Oil prices reached new highs on Tuesday as the market reacted to a combination of geopolitical, media and market forces. WTI hit $65.60, a gain of 3.38%, while Brent closed up 3.38% at nearly $71. Some declines should be expected as it becomes evident to the market that only one of these factors truly impacts global oil supply.
Syria, which is currently embroiled in a years long civil war, does not produce much oil, nor do any significant oil and gas pipelines run through the country. However, news of a potential U.S. strike against the Assad regime in retaliation for its recent alleged chemical attack clearly pushed oil prices higher on Tuesday. The fear is that a response by the U.S. and its allies would escalate the situation, which has pushed oil prices up.
A multinational bombing campaign in response to the alleged chemical weapon attack could take place in the next 72 hours. Oil prices could remain elevated in anticipation of such a campaign. Markets could also see a spike in oil futures if the U.S. and allies do bomb Syria. However, the conflict in Syria doesn't actually impact global oil supplies so any gains will likely be reversed in short order.
Oil prices also rose in response to a Bloomberg article which reported that Saudi Arabia is seeking oil prices of $80 per barrel. The headline read “Saudi Arabia Signals Ambition for $80 Oil Price,” but the article itself made it clear that the Saudis have not actually targeted $80 as their preferred price.
The $80 figure appears to be a feeling that “people who have spoken to [Saudi officials]” arrived at based on “conversations” with Saudi officials. Regardless of whether Saudi oil minister Khalid al Falih is actually targeting the $80 per barrel price point, the article and its headline helped push oil prices closer to that goal. However, Saudi Arabia’s words and actions at the next OPEC monitoring committee meeting, to be held April 20, are what really matter. The monitoring committee is expected to make a recommendation about the future of the OPEC—non-OPEC production cut agreement.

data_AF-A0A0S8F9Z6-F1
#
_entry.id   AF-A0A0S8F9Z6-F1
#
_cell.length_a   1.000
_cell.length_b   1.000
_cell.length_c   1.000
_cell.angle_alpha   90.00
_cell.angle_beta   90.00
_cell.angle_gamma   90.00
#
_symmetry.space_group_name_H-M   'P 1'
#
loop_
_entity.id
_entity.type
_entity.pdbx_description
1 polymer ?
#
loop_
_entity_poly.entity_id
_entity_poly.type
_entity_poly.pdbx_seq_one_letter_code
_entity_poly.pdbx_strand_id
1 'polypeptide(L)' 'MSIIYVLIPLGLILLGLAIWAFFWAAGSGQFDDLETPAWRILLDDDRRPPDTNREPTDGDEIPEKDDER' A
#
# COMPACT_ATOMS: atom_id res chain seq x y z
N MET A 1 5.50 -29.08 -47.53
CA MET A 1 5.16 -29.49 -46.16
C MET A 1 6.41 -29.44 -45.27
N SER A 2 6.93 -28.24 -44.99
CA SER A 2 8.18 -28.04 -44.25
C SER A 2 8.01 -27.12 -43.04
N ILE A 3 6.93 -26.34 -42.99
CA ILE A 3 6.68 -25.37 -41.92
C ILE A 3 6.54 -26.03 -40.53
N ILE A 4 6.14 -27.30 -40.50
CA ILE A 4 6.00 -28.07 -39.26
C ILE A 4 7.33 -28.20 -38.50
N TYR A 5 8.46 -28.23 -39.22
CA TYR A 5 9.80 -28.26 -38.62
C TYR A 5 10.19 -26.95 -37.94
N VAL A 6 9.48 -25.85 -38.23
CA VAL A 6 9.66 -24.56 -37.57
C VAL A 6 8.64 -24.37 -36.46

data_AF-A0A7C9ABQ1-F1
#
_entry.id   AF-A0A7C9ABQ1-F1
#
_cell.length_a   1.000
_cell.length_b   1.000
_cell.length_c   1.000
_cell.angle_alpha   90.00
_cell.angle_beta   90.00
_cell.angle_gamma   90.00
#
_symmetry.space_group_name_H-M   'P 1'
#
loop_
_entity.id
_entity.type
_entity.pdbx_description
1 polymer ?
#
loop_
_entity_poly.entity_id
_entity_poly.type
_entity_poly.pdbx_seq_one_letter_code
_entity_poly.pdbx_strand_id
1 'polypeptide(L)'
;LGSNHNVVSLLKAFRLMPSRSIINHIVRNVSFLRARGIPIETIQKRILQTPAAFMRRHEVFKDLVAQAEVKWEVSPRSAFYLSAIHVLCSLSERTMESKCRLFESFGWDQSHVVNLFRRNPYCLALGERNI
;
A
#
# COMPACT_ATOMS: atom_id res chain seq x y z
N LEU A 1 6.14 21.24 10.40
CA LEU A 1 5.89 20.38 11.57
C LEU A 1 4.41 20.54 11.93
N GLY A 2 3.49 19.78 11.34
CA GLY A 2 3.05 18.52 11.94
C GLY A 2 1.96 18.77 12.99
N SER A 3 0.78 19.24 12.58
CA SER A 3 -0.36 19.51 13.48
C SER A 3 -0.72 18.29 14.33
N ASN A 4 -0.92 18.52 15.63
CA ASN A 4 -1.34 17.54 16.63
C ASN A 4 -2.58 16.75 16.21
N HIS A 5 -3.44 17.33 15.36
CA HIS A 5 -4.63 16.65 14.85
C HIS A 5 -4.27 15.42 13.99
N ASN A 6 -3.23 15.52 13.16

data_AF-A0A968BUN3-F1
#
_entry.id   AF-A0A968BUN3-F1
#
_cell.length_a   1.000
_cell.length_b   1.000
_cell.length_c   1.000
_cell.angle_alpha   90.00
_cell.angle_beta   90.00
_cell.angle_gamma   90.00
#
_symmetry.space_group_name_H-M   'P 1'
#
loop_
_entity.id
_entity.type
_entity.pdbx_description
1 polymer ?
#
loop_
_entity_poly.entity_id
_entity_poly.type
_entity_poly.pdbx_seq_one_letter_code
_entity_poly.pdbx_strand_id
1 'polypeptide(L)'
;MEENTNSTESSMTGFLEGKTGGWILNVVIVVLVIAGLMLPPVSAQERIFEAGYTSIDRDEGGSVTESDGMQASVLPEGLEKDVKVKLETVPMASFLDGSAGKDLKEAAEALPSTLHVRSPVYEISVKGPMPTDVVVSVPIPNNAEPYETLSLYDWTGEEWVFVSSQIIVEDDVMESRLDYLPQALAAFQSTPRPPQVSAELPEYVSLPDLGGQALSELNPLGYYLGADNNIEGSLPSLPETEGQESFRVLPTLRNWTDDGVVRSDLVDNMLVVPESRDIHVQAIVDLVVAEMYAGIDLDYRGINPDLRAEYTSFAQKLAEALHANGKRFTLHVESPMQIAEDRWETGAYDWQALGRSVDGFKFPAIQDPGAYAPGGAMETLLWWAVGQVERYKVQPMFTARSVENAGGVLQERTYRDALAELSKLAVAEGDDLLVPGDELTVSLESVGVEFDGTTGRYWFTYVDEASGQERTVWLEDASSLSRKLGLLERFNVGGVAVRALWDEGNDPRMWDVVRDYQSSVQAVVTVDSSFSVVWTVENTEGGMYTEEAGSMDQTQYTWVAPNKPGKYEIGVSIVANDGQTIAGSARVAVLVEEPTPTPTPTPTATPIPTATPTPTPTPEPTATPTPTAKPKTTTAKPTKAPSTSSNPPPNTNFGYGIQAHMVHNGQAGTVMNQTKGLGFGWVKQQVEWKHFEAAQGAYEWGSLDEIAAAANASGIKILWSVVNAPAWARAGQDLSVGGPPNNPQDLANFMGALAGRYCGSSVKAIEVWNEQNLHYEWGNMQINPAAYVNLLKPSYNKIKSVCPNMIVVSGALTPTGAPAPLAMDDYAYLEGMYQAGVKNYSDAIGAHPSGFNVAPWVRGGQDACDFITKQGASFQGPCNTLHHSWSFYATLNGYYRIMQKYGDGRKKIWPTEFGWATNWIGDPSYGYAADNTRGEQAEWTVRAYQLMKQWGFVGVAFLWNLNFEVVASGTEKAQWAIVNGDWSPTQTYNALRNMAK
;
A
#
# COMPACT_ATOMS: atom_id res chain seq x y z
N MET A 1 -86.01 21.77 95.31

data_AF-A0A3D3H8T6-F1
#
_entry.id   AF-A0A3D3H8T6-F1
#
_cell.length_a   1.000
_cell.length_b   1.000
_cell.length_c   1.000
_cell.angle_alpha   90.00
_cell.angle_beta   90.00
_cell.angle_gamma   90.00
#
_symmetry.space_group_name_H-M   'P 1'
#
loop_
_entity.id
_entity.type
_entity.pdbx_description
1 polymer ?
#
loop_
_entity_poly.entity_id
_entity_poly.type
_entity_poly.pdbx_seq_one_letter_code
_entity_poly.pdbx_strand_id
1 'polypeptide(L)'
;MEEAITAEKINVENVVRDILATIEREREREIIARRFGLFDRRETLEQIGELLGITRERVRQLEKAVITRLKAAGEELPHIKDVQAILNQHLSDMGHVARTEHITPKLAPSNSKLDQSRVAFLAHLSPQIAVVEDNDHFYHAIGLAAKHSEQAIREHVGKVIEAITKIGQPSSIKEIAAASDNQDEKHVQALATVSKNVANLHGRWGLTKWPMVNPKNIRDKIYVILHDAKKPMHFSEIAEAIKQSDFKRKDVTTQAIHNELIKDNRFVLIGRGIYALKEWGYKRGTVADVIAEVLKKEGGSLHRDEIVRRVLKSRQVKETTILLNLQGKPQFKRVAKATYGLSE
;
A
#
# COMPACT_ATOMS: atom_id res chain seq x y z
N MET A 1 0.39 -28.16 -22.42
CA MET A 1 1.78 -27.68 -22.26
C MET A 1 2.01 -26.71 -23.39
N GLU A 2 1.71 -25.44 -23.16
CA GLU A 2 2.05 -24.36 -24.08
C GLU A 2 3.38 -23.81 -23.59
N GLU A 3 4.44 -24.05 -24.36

The Saudi oil ministry announced that it plans to keep its oil exports consistent at just under 7 million bpd in the month of May. Saudi Arabia produces more oil than that, but has been slowly funneling more of its own crude into domestic refineries and petrochemical plants for export as refined products.
This helps Saudi Arabia maintain revenue while simultaneously supporting higher crude oil prices. Of all three issues, this is the only one that will actually impact the supply of oil on the market in coming weeks.
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